In a way, I started writing my life story before I knew anything about a critique group. I’ve always kept a journal, diary if you prefer. I loved writing, and I loved rereading what I had written. It brought me closer to myself somehow, reading the journey of my life. I always caught myself saying I had forgotten about that as I read through.

Memoir is my favorite genre to read. I can’t get enough of hearing about other people’s lives. The book lying on my nightstand today is Harry Crews’ A Childhood, and as I read, I’m right there with him in that little Georgia town growing up in the Depression. I’m nosy but shy about asking personal questions. In memoir, my questions are answered before I think of them.

I guess what I’m trying to say is that many things stir my passion for writing my own memoir and when I get a “block,” I have to remember to do those things to get me going again. Just writing this post is making me anxious to pull up “mybook.doc,” read a little and write a little while the passion is flaming. I hope some of these suggestions will help you through a block because your story is important to you, to others, and to me. Get that book on Amazon and I’ll list it here before you can say “finished.”

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Connie Morrison is a writer and retired bookkeeper living near Gainesville, Florida. Currently, she is working on a memoir with the help of her critique pod. Her short stories have been published in ezines and the 2014 Writing.Com Anthology. She routinely updates her blog, and you may follow her on Twitter and Facebook.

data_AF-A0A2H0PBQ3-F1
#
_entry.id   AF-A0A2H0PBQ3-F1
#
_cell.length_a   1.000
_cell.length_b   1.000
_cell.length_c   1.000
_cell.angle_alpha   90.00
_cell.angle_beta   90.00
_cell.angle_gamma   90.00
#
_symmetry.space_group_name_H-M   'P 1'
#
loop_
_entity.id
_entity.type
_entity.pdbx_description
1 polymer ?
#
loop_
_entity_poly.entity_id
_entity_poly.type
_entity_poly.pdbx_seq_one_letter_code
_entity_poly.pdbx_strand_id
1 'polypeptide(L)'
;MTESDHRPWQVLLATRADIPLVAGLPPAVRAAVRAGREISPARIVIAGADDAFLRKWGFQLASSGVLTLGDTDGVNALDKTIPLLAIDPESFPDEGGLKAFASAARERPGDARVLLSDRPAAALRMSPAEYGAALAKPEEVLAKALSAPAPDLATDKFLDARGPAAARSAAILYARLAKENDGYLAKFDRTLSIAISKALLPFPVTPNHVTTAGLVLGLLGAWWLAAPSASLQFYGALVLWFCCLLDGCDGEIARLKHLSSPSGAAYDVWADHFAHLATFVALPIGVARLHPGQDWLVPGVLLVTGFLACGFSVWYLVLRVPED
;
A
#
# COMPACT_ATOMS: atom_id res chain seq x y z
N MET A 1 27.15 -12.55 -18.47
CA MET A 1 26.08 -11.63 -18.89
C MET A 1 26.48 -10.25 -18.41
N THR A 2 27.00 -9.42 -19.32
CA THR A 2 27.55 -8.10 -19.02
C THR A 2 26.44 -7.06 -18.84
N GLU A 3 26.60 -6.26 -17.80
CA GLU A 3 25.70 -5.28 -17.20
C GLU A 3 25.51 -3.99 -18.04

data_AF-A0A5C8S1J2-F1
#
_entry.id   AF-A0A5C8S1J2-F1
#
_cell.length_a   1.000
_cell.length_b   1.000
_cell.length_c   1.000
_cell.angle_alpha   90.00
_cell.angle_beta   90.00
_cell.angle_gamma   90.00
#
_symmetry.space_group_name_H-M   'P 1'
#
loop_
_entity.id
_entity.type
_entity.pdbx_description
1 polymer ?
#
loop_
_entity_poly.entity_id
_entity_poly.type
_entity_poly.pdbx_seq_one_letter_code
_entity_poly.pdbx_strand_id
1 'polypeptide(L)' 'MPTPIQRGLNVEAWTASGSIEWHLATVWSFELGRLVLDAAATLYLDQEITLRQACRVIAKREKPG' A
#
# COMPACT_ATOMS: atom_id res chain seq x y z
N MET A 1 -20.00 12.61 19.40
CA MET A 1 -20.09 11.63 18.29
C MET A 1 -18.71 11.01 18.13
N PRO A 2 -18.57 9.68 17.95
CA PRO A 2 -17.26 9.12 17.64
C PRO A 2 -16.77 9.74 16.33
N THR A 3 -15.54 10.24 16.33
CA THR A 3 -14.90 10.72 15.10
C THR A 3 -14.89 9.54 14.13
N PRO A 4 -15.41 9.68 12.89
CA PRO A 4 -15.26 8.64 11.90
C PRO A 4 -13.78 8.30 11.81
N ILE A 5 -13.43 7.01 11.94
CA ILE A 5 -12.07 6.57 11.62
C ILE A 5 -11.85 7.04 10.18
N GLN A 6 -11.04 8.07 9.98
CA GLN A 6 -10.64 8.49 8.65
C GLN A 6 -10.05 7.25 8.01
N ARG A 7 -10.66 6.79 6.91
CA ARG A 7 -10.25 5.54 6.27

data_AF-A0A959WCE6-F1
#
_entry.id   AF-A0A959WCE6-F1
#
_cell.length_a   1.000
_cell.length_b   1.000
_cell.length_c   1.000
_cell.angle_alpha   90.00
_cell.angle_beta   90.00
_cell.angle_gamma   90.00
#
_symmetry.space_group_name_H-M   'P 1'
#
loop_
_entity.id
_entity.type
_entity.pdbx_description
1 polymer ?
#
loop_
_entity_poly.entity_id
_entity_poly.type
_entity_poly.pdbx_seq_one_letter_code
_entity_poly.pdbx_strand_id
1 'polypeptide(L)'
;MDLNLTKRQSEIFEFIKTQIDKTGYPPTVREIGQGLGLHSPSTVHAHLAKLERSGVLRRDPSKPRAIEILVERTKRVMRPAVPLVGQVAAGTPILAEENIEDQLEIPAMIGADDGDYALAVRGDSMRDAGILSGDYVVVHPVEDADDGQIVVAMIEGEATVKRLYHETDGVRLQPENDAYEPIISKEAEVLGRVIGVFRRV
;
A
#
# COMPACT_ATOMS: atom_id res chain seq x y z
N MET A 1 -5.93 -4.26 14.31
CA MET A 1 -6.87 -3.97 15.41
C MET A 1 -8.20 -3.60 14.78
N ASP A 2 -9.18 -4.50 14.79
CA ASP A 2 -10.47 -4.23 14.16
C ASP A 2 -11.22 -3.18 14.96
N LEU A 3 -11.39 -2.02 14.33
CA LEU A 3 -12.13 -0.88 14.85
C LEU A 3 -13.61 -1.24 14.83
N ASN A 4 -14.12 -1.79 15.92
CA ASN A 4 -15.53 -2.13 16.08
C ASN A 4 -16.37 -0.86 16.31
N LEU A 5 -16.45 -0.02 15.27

5 Responses

  1. S. Baxter
    | Reply

    Thanks, Connie! I needed the boost you gave me with this post.

  2. Connie Morrison
    | Reply

    Hi, Susie. Glad it had the intended effect. It all started with our talk awhile back.

  3. Joan H Carter
    | Reply

    Connie, I’m looking forward to reading your stories. And thanks for your encouragement in writing mine, though I have no grandchildren (couple of grand-kitties, is all) to read them.

  4. George Kulstad
    | Reply

    “Get that book on Amazon and I’ll list it here before you can say “finished.””

    Dear Connie, now that all the members of my family have read my Amazon published memoir “A Foreign Kid in World War II Shanghai”, I find that sales are considerably distant from the 5-10K that agents find attractive. So, I would like to take you up on your offer to list it on this site. Is there anything I need do? Thank you, George

    • Connie Morrison
      | Reply

      Hi George,

      The only requirement for listing your book on our site is membership in the Writers Alliance of Gainesville. Go to our “membership” page, pay the dues and fill out the form. And then, I will list your book among our WAG authors. Thanks for inquiring and I hope you’ll be a member soon.

      Connie Morrison
      WAG Treasurer